Working in a big corporate office can be a blessing and a curse.
On one hand, you have tons of resources at your disposal—technical help, creative teams, mentors, a well-stocked supply room, and anything else you need just a purchase order away.
But on the other hand, the bureaucracy of a corporate setting can easily put a damper on new ideas and slow down the work you need to get done. Between needless policies, endless paperwork, and a lack of decision-making authority, you can start to wonder if the corporate rule-makers are actively trying to make your job harder.
The truth is, you probably won’t be able to single-handedly rid your company of this kind of ridiculousness—er, bureaucracy—anytime soon. But, by facing it head-on and dealing with it the correct way, you can make it a lot less frustrating on yourself and your team.
After spending a few years in the corporate world, here are the things I found most frustrating—and how I learned to deal with them proactively.
The Issue: Lack of Transparency
Unless you’re in the C-suite, chances are you’re not going to get much information about your company’s business decisions. Even if you’re in a supervisory role, you’ll probably be blindsided by unexpected announcements, new initiatives, and policy changes.
Take my own office: About a month ago, four of the employees in my department were called into a meeting where they were laid off—all without my prior knowledge. As their supervisor, I rushed to my manager to ask what she knew about the situation. Turns out, she had no idea the layoffs were happening, what information they were based on, and if there were more coming.
The same thing happened when our company was purchased and merged with another company. Changes in structure and management were conveyed only to certain departments, leaving the rest of the employees to depend on rumors until the information was strategically filtered down.
How to Deal
There’s really no guaranteed way to gain insight into your company’s inner workings—if the CEO doesn’t want you to know, you probably won’t be able to find out. However, it doesn’t hurt to regularly communicate with your supervisor and ask what he or she knows about certain situations. I’ve found that even if my manager can’t give me many specifics, I can glean occasional nuggets of information (which at least give me a piece of the big picture, even if I can't see the entire thing).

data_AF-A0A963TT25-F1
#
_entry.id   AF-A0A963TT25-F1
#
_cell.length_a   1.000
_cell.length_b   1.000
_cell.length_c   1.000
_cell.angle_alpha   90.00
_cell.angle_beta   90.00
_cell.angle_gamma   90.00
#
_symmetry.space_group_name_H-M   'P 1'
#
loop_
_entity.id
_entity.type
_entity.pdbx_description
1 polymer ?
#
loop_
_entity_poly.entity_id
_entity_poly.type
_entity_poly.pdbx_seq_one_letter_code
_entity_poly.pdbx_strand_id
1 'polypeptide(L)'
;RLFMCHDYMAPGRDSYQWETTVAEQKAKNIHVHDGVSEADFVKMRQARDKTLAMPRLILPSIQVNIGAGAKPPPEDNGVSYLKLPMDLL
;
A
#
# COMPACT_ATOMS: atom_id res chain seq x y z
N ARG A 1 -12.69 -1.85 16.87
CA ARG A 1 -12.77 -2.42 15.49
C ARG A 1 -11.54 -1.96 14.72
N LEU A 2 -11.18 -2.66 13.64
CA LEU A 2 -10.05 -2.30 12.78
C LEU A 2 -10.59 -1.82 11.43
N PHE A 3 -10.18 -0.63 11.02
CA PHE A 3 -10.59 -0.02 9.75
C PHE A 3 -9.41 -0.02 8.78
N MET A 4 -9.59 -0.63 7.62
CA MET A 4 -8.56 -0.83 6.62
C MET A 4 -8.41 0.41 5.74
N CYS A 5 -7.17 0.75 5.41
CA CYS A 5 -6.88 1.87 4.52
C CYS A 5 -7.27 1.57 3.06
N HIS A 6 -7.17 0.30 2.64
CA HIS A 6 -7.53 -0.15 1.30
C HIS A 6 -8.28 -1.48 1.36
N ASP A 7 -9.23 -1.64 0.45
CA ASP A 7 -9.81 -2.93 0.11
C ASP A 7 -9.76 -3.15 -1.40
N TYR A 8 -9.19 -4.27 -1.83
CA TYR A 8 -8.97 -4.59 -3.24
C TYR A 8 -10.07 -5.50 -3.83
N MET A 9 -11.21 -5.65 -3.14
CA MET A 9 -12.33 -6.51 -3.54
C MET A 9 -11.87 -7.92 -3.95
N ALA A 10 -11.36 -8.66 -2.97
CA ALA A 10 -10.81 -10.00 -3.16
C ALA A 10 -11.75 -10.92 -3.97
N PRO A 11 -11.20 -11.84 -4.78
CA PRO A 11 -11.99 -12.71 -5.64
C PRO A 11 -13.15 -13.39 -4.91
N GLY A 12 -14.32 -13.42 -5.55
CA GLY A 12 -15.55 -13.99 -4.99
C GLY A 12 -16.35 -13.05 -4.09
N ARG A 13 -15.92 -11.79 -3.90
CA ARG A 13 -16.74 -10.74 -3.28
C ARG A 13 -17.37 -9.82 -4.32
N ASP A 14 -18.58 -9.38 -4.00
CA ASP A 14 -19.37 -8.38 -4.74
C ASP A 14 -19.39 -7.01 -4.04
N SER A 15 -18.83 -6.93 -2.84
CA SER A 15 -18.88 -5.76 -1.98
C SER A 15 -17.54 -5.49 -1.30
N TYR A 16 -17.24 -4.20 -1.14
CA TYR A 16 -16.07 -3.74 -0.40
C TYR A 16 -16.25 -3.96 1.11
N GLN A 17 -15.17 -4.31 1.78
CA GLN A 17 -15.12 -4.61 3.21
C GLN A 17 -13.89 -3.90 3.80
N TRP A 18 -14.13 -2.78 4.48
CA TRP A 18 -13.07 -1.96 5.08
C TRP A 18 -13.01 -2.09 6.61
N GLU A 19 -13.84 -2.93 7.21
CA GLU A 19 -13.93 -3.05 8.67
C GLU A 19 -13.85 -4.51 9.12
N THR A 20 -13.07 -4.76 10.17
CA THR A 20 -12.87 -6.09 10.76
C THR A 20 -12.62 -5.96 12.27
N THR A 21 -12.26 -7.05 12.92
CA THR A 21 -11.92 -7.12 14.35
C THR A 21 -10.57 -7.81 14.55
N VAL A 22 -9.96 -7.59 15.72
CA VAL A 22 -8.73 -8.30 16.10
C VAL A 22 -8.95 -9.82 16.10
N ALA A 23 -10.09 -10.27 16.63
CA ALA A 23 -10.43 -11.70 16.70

The other side of dealing with a lack of knowledge (and the frustration that comes along with it) is to focus on being agile within your role. Hard as it may be, if you can learn to accept change in a graceful and calm manner (rather than complaining or constantly asking why things can’t go back to the way they were before), you’ll have a much easier time adjusting and taking the changes in stride.
The Issue: Seemingly Useless Policies
Check out any company’s handbook, and you’ll find policy after policy regarding everything from expected behavior to the dress code to taking days off. And for the most part, you probably don’t question why these policies are necessary.
That is, until you come across a rule that specifies something absurd: For example, that PTO can only be requested in half- or full-day increments, instead of by the hour (and half hours? Forget it!)—so you have to use four hours of that precious vacation time for a doctor’s appointment, instead of just one. Or, the rule that states that hourly employees can’t use their cell phones to text or surf the internet even when they’re off the clock during lunch and breaks.
For an office full of adults who know how to get the job done? These policies seem unnecessary and unfair.
How to Deal
Frustrating as the rules may be, there are probably valid reasons for them. I’ve found that it helps me accept (and enforce) them if I’m able to get more information about those reasons. If, for example, I find out that our PTO system simply can’t process anything other than four- or eight-hour requests, I feel more satisfied than assuming our HR department simply wants to force us to use up our hours as quickly as possible. (I also know, given that this is the only reason for the rule, that it may be possible to skirt it—like allowing an employee to skip her lunch hour to make up for that doctor’s appointment that made her late.)